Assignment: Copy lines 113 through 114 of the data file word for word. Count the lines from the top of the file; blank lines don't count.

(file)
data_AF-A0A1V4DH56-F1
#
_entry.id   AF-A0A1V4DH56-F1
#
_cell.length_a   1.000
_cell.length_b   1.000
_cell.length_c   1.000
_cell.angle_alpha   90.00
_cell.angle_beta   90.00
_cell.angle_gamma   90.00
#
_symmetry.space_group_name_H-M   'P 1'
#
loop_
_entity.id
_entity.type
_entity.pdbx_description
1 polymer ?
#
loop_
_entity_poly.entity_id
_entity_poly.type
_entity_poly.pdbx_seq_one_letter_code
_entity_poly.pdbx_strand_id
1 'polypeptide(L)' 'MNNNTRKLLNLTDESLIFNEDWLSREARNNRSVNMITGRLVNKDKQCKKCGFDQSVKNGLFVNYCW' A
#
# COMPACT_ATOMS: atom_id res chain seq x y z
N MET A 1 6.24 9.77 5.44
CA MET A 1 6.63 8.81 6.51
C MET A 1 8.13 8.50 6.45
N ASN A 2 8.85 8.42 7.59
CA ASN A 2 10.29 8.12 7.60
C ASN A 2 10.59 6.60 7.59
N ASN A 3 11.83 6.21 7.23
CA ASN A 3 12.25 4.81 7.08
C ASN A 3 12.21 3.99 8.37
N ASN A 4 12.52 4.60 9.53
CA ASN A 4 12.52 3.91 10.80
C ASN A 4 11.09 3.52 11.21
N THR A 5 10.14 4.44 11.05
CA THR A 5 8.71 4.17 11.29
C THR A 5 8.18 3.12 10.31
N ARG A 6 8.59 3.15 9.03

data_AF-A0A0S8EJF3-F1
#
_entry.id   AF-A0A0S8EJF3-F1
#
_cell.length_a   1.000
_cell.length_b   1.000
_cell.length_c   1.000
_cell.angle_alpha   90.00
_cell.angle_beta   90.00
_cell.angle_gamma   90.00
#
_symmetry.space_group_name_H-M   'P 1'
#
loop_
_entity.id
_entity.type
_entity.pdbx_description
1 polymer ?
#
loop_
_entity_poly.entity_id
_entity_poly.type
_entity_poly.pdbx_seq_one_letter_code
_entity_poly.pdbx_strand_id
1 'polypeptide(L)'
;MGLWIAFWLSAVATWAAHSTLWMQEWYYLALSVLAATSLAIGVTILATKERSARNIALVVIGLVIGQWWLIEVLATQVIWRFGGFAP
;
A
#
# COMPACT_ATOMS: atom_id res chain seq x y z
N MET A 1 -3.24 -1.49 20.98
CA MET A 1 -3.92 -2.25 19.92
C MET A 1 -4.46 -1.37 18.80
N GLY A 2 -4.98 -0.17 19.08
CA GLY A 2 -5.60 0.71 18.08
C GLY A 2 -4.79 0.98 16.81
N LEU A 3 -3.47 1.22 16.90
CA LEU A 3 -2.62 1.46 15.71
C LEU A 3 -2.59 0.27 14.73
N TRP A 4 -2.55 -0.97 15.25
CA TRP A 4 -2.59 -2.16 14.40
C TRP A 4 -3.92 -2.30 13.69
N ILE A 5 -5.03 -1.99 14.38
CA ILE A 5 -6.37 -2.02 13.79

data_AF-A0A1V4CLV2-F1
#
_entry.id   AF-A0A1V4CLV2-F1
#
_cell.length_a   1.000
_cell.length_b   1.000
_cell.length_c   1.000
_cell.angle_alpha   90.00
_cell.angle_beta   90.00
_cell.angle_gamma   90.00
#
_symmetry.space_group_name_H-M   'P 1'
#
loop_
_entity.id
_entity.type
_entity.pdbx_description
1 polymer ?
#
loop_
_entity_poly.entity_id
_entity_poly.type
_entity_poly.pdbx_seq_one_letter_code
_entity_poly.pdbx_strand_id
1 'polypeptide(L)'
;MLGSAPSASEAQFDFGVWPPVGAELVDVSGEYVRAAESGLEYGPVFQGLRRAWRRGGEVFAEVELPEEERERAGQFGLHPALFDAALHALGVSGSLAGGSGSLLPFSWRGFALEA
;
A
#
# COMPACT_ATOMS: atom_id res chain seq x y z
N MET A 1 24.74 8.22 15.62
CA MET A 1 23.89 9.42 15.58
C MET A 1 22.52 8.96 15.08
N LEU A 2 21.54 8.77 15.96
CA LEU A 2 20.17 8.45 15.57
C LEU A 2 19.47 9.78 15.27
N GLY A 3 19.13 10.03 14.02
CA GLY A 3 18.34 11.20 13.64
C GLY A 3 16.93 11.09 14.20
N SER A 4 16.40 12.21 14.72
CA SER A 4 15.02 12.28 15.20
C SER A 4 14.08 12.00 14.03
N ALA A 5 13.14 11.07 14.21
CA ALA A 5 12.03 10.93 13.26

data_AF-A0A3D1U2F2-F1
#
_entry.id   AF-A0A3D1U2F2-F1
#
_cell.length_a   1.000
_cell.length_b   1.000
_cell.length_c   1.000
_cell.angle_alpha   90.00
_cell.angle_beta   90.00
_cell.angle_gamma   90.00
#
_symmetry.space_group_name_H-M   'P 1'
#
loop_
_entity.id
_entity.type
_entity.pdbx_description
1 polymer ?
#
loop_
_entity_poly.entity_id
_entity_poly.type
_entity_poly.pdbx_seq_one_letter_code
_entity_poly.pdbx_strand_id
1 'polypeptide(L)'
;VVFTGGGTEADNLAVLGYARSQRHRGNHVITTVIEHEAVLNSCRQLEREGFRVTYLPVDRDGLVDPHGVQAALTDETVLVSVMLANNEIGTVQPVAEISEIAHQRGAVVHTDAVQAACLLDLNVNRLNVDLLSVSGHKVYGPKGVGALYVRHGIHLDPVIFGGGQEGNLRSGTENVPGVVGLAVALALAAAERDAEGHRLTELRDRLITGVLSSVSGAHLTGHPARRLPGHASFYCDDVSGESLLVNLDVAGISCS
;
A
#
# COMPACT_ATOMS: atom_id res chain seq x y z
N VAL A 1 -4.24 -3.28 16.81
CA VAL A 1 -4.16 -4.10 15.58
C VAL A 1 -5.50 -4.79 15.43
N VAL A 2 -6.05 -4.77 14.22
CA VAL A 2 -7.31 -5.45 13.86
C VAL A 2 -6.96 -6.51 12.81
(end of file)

;MLGSAPSASEAQFDFGVWPPVGAELVDVSGEYVRAAESGLEYGPVFQGLRRAWRRGGEVFAEVELPEEERERAGQFGLHPALFDAALHALGVSGSLAGGSGSLLPFSWRGFALEA
;